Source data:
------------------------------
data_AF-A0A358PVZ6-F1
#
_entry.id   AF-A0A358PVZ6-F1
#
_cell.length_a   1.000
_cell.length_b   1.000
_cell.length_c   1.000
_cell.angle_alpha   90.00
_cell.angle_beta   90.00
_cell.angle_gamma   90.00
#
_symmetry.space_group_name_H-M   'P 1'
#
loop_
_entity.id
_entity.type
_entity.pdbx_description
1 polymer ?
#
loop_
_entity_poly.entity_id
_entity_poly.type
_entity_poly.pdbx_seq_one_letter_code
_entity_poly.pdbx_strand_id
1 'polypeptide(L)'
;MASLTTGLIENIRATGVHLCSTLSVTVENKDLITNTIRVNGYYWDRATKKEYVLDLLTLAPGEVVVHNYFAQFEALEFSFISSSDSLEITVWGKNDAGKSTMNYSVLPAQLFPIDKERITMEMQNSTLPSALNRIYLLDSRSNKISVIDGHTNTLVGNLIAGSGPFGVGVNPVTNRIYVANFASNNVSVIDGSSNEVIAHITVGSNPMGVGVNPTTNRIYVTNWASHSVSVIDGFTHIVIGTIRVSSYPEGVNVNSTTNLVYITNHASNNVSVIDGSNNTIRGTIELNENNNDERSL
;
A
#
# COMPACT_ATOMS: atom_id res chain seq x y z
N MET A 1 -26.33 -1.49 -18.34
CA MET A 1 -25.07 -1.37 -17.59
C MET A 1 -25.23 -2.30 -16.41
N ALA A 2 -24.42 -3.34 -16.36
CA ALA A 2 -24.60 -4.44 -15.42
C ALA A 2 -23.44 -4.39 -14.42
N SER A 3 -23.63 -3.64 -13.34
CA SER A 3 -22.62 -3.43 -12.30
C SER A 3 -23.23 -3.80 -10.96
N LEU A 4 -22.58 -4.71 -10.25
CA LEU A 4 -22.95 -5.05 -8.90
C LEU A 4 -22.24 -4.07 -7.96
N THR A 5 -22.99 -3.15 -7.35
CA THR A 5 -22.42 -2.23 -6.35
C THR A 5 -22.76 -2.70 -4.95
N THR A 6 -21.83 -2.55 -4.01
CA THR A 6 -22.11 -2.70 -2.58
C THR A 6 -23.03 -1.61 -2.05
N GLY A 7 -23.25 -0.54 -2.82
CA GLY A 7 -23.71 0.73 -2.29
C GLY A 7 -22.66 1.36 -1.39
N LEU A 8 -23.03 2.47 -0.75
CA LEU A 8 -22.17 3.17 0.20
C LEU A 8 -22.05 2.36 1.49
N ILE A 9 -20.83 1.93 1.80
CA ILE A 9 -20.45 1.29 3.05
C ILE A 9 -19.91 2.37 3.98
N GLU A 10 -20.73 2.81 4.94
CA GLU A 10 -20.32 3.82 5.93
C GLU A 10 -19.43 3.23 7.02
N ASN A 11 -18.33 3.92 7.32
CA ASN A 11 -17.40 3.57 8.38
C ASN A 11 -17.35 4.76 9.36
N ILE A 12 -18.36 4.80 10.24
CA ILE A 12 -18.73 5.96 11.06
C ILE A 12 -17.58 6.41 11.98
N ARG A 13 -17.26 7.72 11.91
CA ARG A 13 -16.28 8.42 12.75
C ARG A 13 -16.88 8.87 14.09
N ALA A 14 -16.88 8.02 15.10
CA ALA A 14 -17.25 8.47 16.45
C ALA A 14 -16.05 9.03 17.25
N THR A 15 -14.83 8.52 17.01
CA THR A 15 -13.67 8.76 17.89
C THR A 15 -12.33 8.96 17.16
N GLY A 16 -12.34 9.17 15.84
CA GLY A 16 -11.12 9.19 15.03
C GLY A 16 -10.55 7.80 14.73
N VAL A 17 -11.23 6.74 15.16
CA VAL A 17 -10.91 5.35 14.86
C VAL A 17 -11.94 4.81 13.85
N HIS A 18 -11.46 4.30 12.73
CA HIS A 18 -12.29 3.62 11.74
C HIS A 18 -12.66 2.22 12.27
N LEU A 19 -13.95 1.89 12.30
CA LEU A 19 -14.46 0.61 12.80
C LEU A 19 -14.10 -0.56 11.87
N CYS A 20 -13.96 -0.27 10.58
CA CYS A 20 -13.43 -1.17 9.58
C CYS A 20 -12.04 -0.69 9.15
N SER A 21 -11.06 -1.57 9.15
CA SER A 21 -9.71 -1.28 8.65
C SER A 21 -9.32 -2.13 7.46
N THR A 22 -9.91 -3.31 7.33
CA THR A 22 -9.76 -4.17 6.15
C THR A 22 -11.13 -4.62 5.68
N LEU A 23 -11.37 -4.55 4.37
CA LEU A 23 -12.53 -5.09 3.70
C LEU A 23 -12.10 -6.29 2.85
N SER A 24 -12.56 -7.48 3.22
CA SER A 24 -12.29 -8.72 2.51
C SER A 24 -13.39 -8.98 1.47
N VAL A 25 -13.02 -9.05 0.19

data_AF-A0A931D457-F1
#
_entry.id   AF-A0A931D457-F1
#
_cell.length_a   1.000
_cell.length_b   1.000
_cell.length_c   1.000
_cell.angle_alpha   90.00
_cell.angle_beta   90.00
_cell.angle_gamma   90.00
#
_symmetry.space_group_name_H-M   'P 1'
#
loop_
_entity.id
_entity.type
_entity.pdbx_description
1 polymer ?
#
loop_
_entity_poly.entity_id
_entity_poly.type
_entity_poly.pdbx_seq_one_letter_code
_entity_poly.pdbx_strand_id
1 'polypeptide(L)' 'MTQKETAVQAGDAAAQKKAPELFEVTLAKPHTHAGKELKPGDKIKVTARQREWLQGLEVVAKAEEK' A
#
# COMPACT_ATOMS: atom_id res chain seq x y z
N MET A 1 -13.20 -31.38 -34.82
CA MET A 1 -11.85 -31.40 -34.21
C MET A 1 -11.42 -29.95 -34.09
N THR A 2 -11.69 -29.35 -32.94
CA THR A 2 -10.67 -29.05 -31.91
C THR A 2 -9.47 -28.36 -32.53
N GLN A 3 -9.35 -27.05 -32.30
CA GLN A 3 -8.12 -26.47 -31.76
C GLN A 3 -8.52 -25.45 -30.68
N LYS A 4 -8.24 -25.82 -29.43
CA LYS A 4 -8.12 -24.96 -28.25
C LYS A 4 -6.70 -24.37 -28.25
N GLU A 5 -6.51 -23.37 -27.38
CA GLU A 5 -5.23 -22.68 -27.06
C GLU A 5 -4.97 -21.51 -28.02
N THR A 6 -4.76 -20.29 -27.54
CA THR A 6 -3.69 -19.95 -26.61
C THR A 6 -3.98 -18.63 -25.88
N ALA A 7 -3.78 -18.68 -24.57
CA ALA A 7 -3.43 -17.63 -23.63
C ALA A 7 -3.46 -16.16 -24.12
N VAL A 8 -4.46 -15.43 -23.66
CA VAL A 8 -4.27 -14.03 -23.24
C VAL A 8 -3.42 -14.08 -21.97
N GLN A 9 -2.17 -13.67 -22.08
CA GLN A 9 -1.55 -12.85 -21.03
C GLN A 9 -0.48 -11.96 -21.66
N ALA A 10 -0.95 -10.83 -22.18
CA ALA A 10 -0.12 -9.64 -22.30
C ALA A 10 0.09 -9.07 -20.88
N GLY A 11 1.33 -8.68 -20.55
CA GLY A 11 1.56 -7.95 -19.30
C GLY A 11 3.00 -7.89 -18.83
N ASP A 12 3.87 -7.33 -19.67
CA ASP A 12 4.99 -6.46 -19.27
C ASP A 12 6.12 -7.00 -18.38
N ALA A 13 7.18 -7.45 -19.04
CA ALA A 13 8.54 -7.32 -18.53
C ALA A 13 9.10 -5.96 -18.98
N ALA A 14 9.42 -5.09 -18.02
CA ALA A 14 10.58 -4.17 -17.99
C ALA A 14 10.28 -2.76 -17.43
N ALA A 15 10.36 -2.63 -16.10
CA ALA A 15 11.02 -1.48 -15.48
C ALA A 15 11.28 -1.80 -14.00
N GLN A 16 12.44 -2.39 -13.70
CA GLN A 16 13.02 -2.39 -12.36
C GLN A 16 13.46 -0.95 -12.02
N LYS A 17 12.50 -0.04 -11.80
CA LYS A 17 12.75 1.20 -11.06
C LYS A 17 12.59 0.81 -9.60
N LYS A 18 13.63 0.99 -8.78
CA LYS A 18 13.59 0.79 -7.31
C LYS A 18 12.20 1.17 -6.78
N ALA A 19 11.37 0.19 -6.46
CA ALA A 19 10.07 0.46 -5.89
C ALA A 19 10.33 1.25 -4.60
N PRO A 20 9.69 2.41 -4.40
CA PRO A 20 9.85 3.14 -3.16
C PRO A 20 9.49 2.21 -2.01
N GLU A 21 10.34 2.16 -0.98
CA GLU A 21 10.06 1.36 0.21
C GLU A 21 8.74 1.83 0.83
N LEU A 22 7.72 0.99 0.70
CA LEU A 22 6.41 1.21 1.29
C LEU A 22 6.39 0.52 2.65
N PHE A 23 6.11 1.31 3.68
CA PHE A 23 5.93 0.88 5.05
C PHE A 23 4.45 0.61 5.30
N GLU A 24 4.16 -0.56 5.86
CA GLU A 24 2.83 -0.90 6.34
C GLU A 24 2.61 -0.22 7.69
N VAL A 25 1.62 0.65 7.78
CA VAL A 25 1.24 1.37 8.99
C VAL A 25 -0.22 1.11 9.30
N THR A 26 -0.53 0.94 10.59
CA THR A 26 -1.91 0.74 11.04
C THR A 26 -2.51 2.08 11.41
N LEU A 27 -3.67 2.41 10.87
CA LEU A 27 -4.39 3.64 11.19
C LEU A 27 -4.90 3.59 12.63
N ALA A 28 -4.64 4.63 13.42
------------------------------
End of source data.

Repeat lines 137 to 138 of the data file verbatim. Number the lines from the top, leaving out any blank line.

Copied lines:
N GLN A 3 -9.35 -27.05 -32.30
CA GLN A 3 -8.12 -26.47 -31.76